Emotional Communication for Couples: Getting to What Truly Matters

Emotional Communication for Couples can be Both Challenging emotional communication for couplesand Perplexing

So we’ve learned about why emotions in relationships matter, and how the habitual ways we get stuck drive a wedge between us. When it comes to actually learning emotional communication for couples, it can feel confusing.

Here’s a quick example of how communication can get off track:

Sarah is upset with Kelly for not remembering what Sarah needed at the store. “You only think of yourself. You don’t care about what’s important to me!”

The degree of Sarah’s anger startles Kelly. After all, she didn’t intentionally forget what Sarah requested.

But the anger about the forgotten item is actually just a “surface emotion.” Deep down, Sarah still feels very hurt because Kelly had texted an old girlfriend. The  issue, while being worked on in counseling, still lingers for Sarah occasionally.

Sarah’s deeper emotions were more than anger: She felt hurt, sadness and a fear of losing the relationship that is so important to her.

In this post, we’ll help you understand how learning to become more aware of those deeper emotions and how speaking from those feelings can radically change and improve couples’ communication. Yes, those are strong words — change and improve — yet that’s what we see in our offices as couples learn this new path to greater understanding and connection.

Emotional Communication: Distinguishing the Two Levels

Surface emotions are ones that you and your partner can see: We can see that our partner is angry, frustrated, withdrawn, critical and blaming.

Deeper emotions, however, show the important feelings that are “pushing” or producing the surface emotions. And, deeper is what matters when we’re trying to truly understand each other, particularly when one partner is upset. Deeper emotions stem from what things mean to us. 

Deeper emotions are compelling and powerful: Sadness that the relationship is going poorly; fear that the relationship is unstable and insecure; hurt from times when you didn’t feel important or that your partner was emotionally unavailable or inattentive when you needed care; grief because of the loving connection that feels lost.

Yet, why are only surface emotions expressed when couples argue?

holiday boundaries for couplesYour Brain in Love: When We’re Upset

When we’re upset, the emotional center of our brain (the amygdala) becomes activated. Our brain goes on a type of high alert when we are upset. We’re naturally sensitive to the outside world — and very sensitive to our partner’s moods.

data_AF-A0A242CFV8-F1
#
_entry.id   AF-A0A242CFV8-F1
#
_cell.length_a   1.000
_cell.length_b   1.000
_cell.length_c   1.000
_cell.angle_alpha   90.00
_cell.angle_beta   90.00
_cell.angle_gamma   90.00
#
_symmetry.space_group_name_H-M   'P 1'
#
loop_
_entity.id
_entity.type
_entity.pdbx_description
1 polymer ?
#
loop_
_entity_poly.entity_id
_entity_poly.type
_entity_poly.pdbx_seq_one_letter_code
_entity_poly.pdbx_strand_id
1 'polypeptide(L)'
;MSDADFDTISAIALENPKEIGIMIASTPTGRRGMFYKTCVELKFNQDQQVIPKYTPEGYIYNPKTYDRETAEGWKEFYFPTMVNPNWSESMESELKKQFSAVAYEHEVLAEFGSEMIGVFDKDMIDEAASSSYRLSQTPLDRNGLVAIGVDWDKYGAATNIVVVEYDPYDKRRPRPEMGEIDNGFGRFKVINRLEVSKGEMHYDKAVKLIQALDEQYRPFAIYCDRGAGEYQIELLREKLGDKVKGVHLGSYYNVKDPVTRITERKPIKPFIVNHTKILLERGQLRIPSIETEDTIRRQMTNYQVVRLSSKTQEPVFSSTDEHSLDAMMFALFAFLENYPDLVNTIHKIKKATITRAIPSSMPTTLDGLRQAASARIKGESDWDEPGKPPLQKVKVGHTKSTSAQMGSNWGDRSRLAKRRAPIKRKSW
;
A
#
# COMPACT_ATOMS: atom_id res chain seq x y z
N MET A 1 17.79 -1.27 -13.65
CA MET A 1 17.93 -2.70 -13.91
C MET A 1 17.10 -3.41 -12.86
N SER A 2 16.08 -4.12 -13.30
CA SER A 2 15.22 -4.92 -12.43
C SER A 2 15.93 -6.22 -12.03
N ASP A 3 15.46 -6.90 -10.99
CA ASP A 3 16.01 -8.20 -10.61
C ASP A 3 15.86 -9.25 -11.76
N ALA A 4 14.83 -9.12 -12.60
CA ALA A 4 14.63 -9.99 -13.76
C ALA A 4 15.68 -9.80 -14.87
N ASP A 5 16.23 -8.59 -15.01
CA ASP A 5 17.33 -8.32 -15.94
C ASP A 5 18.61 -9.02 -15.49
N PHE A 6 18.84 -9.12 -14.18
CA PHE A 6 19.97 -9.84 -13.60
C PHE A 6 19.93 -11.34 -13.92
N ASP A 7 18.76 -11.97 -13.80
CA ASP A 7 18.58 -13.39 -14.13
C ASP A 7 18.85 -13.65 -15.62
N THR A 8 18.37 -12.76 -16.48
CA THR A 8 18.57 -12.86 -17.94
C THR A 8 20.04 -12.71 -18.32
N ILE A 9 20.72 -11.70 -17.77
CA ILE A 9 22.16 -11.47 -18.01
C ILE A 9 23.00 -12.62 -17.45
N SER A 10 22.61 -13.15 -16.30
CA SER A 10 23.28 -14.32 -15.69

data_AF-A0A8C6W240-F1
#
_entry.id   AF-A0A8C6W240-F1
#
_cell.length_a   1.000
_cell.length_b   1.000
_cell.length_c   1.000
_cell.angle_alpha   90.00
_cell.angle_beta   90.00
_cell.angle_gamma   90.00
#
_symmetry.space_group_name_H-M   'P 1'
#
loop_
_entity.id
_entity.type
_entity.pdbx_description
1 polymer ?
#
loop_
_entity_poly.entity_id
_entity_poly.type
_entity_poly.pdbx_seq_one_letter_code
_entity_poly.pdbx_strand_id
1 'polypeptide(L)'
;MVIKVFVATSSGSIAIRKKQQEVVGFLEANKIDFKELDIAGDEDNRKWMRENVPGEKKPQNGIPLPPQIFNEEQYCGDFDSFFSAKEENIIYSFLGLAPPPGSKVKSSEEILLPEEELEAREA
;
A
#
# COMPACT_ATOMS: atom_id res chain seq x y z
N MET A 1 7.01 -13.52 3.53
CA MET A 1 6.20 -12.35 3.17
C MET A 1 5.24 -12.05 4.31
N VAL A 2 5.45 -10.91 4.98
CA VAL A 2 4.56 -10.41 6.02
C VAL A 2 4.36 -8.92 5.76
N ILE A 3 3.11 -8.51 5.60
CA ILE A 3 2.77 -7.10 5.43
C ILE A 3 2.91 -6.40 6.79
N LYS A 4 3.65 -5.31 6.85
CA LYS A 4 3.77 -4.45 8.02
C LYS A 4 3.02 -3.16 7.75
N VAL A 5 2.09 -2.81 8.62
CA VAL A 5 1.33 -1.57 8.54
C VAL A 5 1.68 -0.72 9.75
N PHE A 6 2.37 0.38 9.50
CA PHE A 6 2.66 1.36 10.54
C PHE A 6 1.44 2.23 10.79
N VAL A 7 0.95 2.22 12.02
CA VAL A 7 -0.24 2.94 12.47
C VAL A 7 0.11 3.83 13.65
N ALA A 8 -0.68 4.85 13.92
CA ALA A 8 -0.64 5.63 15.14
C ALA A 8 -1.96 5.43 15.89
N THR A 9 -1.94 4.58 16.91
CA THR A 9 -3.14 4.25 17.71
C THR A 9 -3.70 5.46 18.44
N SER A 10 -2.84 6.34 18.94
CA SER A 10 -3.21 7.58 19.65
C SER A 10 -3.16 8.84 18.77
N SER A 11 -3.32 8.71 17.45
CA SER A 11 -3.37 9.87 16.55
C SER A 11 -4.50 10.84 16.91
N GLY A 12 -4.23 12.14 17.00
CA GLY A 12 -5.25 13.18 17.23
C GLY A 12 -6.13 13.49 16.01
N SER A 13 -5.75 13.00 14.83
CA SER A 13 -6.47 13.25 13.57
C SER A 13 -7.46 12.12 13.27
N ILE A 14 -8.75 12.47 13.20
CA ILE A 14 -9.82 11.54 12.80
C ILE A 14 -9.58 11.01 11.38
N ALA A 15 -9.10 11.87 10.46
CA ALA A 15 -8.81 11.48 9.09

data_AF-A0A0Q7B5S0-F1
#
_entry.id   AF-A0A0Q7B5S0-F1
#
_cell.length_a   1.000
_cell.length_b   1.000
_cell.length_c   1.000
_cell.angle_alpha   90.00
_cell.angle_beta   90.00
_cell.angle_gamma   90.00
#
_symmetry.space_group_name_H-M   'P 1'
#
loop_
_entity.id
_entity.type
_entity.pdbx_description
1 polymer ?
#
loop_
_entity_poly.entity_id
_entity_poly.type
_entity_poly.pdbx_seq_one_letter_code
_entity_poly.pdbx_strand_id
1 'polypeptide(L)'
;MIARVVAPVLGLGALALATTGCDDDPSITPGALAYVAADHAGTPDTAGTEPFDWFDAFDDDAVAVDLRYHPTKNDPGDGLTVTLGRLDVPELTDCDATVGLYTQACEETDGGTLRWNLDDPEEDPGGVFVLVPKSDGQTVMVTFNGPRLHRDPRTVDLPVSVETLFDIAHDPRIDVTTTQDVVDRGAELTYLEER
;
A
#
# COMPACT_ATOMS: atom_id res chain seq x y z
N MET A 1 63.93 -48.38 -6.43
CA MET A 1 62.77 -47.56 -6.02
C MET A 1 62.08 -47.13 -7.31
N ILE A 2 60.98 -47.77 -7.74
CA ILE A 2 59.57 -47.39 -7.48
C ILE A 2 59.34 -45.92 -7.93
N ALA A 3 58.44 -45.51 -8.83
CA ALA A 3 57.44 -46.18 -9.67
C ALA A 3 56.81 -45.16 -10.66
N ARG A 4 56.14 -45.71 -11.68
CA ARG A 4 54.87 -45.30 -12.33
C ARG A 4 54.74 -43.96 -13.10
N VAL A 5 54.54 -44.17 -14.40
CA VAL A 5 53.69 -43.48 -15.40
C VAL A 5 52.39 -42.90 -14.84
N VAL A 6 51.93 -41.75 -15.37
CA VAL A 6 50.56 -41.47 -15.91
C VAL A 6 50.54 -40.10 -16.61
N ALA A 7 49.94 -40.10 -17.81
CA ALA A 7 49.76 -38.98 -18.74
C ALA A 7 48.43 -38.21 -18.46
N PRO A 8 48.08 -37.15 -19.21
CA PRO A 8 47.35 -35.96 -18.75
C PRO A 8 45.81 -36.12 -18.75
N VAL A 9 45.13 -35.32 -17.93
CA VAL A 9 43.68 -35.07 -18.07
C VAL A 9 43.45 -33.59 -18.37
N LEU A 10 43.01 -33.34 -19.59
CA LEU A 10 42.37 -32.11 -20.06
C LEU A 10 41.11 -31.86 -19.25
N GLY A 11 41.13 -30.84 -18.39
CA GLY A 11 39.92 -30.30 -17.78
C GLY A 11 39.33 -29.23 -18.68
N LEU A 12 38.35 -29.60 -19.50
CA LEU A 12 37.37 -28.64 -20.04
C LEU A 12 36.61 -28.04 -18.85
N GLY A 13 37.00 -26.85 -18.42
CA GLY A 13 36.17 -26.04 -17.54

We form a strong emotional bond when we fall in love. We are profoundly connected to that one special person. When that bond feels threatened in any way, our emotional brain almost instantly reacts. The “fight,” “flight” or “freeze” responses come to the fore. Our partner sees our anger, frustration, silence or our verbal attacks.

Here’s where a lot of damage to relationships can occur: Hurtful things are said, criticisms can be demeaning. The emotional brain’s fire can inflict an emotional wound on the partner. These remarks then can become embedded in the partner’s thoughts and fears and are difficult to let go.

Here’s where emotional communication for couples often falls into a pattern of arguing: One may be angry and press the other to talk; another may want to shut down the argument because the disputes are painful and never lead to resolution. Or, in another pattern, both partners may become defensive — repeatedly stating why their position is “right” and that the partner is “wrong.”

Those patterns, which we call “negative cycles” can, over time, cause great harm to the security of the relationship. Couples find they are walking on eggshells, fearing any upset of the other. There’s less talking, lots of avoiding — all while the hurt feelings continue to linger.

Calming Our Extreme Emotions

Emotional communication for couples is essential for sustaining healthy, loving relationships. However, first couples need to understand how to reach the important emotions — the deeper ones that lie at the heart of our feelings and needs for secure connection.

In Emotionally Focused Therapy, the most-successful approach to helping couples, therapists guide couples to slow down their activated emotional brain and allow their “thinking” brain to come into play.

It is from this more reasonable, calmer place that emotional communication for couples helps partners learn to become aware of their deeper emotions and — most importantly — express them to their partner in a way the partner can understand.

Surface emotions and behaviors when in distress can include:

  • Anger
  • Irritability
  • Quiet
  • Blaming, accusatory